A number of British people were questioned by police regarding their involvement in the scam. | archive

A European arrest warrant was issued yesterday by a Palma court for a Briton who is wanted in questioning with a string of false holiday sickness claims.

The suspect has been due to have appeared in court in Palma on numerous occasions, but has failed to appear, but now, the court, acting on the instructions of a lawyer representing the Majorcan Hotel Federation, (FEHM), has issued the European-wide warrant.

A number of other Britons were questioned by the Majorcan police regarding their involvement in the scam, and, according to court sources yesterday, once the Briton has been located and has been brought to Palma to appear in court, the judicial process against the suspects will begin from where it left off.

The investigation into the false claim group, which was operating via Whatsapp and targeting British holiday makers who were either on the island or who had recently returned to the UK, was launched by the National Police in February of 2017 following a complaint lodged by the Mac Hotels chain - it had apparently been the target of numerous false sickness claims for a number of years.

At the time, the biggest problem was a loophole in British law which granted holiday makers a period of two years within which they could make a claim.

Mac Hotels eventually hired a team of detectives which gathered together photographic and video proof and documentation that false claims were being made. Police and hoteliers soon realised that the false holiday sickness industry was much larger than expected.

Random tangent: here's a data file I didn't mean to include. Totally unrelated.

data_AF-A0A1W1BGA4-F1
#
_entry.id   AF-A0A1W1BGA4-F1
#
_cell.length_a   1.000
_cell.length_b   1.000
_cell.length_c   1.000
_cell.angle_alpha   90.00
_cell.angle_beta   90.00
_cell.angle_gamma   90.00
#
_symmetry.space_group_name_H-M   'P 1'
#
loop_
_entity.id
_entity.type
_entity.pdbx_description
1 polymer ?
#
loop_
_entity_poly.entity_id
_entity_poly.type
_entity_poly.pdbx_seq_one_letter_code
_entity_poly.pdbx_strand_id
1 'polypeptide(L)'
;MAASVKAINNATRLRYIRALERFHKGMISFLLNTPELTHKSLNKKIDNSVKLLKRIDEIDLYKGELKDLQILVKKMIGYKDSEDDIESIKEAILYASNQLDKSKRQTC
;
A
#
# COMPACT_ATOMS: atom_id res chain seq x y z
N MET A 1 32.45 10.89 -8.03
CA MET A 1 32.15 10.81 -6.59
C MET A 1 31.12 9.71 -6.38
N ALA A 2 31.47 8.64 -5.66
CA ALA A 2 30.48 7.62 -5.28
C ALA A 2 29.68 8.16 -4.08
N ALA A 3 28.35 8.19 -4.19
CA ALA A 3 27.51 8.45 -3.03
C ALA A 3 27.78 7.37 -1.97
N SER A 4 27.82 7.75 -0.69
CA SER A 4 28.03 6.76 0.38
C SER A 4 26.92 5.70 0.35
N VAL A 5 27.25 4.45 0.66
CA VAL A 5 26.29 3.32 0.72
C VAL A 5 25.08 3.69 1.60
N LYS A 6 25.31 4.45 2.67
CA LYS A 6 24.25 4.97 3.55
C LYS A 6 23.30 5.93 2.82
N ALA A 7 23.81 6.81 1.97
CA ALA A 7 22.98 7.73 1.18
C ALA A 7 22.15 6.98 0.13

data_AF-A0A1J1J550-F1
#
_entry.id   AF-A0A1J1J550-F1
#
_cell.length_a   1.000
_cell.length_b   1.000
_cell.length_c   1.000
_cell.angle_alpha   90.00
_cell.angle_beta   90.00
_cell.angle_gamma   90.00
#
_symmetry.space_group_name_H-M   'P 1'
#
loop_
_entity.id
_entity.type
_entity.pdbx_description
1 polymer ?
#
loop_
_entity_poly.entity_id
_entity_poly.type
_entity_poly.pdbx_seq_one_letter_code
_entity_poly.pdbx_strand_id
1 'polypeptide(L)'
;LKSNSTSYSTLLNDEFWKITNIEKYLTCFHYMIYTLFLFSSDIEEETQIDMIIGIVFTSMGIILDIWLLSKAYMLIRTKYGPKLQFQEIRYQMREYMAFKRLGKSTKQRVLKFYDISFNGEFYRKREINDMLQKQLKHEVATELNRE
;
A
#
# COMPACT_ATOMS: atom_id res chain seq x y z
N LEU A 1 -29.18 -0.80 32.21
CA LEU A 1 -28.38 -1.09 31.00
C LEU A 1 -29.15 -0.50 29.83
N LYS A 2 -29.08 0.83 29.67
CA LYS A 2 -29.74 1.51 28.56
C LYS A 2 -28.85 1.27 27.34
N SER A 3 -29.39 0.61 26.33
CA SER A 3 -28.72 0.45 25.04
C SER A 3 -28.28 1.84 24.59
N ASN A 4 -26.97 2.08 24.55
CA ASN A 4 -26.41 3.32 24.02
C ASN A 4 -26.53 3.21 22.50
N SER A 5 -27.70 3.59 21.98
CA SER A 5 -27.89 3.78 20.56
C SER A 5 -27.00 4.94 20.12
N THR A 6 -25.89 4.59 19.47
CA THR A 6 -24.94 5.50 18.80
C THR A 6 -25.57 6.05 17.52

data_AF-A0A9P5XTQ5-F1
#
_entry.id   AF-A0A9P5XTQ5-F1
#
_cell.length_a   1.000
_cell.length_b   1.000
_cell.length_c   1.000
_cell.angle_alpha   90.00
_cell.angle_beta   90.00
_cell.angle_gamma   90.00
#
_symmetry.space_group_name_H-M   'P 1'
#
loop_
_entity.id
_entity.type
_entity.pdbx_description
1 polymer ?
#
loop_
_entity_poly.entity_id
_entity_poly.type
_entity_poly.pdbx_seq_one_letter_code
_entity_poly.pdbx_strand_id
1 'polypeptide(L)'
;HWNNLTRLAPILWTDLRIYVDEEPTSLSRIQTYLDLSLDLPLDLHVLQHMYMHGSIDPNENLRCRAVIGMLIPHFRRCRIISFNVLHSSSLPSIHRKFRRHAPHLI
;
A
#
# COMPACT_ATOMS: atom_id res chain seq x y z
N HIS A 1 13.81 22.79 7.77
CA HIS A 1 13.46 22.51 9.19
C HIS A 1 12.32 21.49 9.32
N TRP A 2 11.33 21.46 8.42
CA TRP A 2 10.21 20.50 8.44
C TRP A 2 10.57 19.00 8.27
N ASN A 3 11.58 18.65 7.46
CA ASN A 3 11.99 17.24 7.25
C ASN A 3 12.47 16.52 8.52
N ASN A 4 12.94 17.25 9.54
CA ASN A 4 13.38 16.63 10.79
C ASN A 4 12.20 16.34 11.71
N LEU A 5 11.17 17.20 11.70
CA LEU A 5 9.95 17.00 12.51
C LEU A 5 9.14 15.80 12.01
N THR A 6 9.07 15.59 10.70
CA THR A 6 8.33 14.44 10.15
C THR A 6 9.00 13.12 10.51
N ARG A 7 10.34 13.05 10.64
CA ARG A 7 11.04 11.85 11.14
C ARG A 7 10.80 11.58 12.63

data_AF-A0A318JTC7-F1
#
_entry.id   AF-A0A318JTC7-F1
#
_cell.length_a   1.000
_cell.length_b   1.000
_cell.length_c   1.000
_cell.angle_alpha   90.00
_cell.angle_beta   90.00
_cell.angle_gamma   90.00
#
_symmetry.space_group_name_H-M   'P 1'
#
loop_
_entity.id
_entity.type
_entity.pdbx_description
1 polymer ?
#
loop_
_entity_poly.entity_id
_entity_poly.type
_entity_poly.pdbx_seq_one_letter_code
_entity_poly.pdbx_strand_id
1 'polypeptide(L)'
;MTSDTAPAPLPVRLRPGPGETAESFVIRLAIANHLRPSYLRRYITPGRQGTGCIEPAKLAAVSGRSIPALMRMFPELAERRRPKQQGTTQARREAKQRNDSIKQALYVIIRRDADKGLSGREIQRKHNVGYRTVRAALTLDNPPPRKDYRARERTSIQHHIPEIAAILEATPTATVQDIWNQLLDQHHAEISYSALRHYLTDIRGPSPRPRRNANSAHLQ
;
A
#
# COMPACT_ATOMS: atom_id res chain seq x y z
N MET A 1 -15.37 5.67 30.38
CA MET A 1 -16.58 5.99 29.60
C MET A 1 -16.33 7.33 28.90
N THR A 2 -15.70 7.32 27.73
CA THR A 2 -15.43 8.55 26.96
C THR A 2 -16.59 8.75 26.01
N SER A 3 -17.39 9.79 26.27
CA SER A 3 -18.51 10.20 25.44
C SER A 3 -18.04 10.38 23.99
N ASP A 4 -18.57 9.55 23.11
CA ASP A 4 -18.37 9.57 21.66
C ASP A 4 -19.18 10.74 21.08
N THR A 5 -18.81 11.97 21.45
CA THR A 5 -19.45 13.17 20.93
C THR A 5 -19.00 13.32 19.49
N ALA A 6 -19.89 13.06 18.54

In 2017, the Majorcan Hotel Federation estimated that its members had paid out around 50 million euros to settle false claims. The Association of British Travel Agents, ABTA, was quick to get involved and launched its own campaign to crackdown on false claims and it eventually forced a change in the British law which closed the loop hole.

However, Majorcan hoteliers are not giving up their bid to see justice be done. As a result of ABTA’s actions, last year in the UK, a number of holidaymakers were found guilty of making fraudulent claims and were either been ‘fined’ thousands of pounds, given community service or sent to prison.

Research from ABTA found that 7 in 10 (70%) people did not realise that making a false claim for holiday sickness could result in a prison sentence in the UK or abroad.

Just 2 in 5 (38%) think people could receive a fine in the UK or abroad. And now, a Palma court is all set to throw the book at the culprits.